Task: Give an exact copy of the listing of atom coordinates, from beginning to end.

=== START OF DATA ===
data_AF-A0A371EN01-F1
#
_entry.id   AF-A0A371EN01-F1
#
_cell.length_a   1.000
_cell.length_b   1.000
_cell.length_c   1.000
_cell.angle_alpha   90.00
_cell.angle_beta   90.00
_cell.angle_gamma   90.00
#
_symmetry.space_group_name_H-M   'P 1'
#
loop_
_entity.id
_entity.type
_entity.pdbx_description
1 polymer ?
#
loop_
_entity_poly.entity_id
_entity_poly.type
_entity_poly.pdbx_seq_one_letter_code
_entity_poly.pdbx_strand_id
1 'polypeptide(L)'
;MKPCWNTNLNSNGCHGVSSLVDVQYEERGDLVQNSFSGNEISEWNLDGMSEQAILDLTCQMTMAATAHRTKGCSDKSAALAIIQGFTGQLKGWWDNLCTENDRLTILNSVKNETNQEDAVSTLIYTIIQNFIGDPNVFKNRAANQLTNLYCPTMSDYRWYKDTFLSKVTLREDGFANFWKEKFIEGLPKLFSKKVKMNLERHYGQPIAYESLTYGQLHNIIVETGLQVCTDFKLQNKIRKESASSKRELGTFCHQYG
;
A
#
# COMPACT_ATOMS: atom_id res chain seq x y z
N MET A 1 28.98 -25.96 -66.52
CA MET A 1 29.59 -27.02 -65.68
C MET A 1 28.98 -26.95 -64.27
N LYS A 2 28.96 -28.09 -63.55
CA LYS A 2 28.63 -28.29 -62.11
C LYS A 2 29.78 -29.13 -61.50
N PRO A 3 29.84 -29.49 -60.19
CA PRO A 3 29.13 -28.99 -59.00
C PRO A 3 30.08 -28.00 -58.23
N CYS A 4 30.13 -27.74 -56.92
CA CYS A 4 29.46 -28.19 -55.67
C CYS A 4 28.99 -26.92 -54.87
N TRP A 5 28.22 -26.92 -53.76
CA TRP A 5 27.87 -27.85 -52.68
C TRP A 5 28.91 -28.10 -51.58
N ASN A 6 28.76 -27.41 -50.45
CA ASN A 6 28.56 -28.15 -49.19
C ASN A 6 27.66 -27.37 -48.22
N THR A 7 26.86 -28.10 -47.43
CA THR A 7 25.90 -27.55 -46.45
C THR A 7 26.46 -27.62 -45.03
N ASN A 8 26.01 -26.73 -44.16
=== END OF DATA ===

data_AF-A0A371EN01-F1
#
_entry.id   AF-A0A371EN01-F1
#
_cell.length_a   1.000
_cell.length_b   1.000
_cell.length_c   1.000
_cell.angle_alpha   90.00
_cell.angle_beta   90.00
_cell.angle_gamma   90.00
#
_symmetry.space_group_name_H-M   'P 1'
#
loop_
_entity.id
_entity.type
_entity.pdbx_description
1 polymer ?
#
loop_
_entity_poly.entity_id
_entity_poly.type
_entity_poly.pdbx_seq_one_letter_code
_entity_poly.pdbx_strand_id
1 'polypeptide(L)'
;MKPCWNTNLNSNGCHGVSSLVDVQYEERGDLVQNSFSGNEISEWNLDGMSEQAILDLTCQMTMAATAHRTKGCSDKSAALAIIQGFTGQLKGWWDNLCTENDRLTILNSVKNETNQEDAVSTLIYTIIQNFIGDPNVFKNRAANQLTNLYCPTMSDYRWYKDTFLSKVTLREDGFANFWKEKFIEGLPKLFSKKVKMNLERHYGQPIAYESLTYGQLHNIIVETGLQVCTDFKLQNKIRKESASSKRELGTFCHQYG
;
A
#
# COMPACT_ATOMS: atom_id res chain seq x y z
N MET A 1 28.98 -25.96 -66.52
CA MET A 1 29.59 -27.02 -65.68
C MET A 1 28.98 -26.95 -64.27
N LYS A 2 28.96 -28.09 -63.55
CA LYS A 2 28.63 -28.29 -62.11
C LYS A 2 29.78 -29.13 -61.50
N PRO A 3 29.84 -29.49 -60.19
CA PRO A 3 29.13 -28.99 -59.00
C PRO A 3 30.08 -28.00 -58.23
N CYS A 4 30.13 -27.74 -56.92
CA CYS A 4 29.46 -28.19 -55.67
C CYS A 4 28.99 -26.92 -54.87
N TRP A 5 28.22 -26.92 -53.76
CA TRP A 5 27.87 -27.85 -52.68
C TRP A 5 28.91 -28.10 -51.58
N ASN A 6 28.76 -27.41 -50.45
CA ASN A 6 28.56 -28.15 -49.19
C ASN A 6 27.66 -27.37 -48.22
N THR A 7 26.86 -28.10 -47.43
CA THR A 7 25.90 -27.55 -46.45
C THR A 7 26.46 -27.62 -45.03
N ASN A 8 26.01 -26.73 -44.16